Data from: Unexpected collective larval dispersal but little support for sweepstakes reproductive success in the highly dispersive brooding mollusk Crepidula fornicata
Riquet, Florentine; Comtet, Thierry; Broquet, Thomas; Viard, Frederique (2017), Data from: Unexpected collective larval dispersal but little support for sweepstakes reproductive success in the highly dispersive brooding mollusk Crepidula fornicata, Dryad, Dataset, https://doi.org/10.5061/dryad.pn30v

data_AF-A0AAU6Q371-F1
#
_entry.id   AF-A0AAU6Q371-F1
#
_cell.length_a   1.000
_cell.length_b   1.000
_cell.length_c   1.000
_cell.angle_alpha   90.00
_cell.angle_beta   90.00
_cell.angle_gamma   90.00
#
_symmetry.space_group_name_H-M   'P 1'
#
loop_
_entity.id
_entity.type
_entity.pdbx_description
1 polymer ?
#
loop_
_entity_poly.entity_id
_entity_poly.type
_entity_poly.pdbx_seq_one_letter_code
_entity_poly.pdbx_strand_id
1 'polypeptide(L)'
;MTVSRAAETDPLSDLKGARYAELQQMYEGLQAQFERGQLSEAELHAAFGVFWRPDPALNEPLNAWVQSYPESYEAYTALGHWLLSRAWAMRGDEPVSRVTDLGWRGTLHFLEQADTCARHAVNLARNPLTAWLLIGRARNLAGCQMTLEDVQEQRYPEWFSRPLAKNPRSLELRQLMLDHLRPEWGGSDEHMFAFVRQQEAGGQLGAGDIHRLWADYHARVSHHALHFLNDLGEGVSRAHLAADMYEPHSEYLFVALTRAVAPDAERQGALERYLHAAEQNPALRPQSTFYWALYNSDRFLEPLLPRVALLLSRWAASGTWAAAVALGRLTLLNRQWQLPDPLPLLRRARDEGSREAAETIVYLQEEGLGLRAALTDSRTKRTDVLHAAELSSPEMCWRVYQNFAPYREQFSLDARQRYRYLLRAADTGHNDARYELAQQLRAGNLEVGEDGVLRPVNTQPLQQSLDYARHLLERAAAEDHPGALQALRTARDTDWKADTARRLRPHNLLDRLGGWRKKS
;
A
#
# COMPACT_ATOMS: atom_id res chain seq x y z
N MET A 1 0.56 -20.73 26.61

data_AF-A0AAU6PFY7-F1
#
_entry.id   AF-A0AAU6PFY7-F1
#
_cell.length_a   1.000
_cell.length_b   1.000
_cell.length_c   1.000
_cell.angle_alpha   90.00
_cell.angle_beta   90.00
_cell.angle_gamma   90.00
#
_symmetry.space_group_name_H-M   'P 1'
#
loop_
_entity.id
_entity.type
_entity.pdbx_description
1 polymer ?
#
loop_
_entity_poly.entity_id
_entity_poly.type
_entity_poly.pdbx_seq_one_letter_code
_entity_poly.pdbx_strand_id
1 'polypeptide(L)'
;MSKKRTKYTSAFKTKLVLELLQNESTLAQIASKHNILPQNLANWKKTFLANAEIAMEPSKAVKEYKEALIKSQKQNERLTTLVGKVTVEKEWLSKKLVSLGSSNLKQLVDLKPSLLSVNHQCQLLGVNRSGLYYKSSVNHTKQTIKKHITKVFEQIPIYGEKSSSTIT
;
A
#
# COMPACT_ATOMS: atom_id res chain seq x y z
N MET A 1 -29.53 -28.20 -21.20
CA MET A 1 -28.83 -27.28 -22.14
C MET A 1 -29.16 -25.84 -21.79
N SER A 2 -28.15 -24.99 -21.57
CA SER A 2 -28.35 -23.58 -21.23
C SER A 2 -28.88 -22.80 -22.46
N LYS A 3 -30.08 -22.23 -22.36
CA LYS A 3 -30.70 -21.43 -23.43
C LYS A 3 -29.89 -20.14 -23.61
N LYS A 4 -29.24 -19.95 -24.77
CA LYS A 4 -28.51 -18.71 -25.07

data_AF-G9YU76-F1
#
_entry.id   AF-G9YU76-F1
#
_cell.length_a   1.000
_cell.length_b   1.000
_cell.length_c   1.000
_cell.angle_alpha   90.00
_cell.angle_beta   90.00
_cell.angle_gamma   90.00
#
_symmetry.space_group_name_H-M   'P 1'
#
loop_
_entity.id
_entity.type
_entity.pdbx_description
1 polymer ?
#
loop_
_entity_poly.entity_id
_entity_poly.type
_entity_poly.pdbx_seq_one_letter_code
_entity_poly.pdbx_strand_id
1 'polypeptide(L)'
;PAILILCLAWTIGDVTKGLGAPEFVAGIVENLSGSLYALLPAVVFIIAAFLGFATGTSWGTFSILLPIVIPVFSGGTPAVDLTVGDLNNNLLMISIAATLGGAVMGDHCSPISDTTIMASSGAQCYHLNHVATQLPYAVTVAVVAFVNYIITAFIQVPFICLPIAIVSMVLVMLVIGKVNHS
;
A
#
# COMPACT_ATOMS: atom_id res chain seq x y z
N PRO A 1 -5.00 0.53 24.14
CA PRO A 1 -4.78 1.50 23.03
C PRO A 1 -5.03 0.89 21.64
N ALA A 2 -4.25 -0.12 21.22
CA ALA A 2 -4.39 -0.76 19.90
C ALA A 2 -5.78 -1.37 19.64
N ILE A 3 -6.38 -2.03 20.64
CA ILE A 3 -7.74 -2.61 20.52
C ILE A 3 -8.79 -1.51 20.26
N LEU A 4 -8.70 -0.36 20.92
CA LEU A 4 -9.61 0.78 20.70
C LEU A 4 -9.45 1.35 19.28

In many marine invertebrates, long-distance dispersal is achieved during an extended pelagic larval phase. Although such dispersal should result in high gene flow over broad spatial scales, fine-scale genetic structure has often been reported, a pattern attributed to interfamilial variance in reproductive success and limited homogenization during dispersal. To examine this hypothesis, the genetic diversity of dispersing larvae must be compared with the post-dispersal stages, i.e. benthic recruits and adults. Such data remain however scarce due to the difficulty to sample and analyze larvae of minute size. Here we carried out such an investigation using the marine gastropod Crepidula fornicata. Field sampling of three to four larval pools was conducted over the reproductive season and repeated over three years. The genetic composition of larval pools, obtained with 16 microsatellite loci, was compared with that of recruits and adults sampled from the same site and years. Conversely to samples of juveniles and adults, large genetic temporal variations between larval pools produced at different times of the same reproductive season were observed. In addition, full- and half-sibs were detected in early larvae and post-dispersal juveniles, pointing to correlated dispersal paths between several pairs of individuals. Inbred larvae were also identified. Such collective larval dispersal was unexpected given the long larval duration of the study species. Our results suggest that each larval pool is produced by a small effective number of reproducers but that, over a reproductive season, the whole larval pool is produced by large numbers of reproducers across space and time.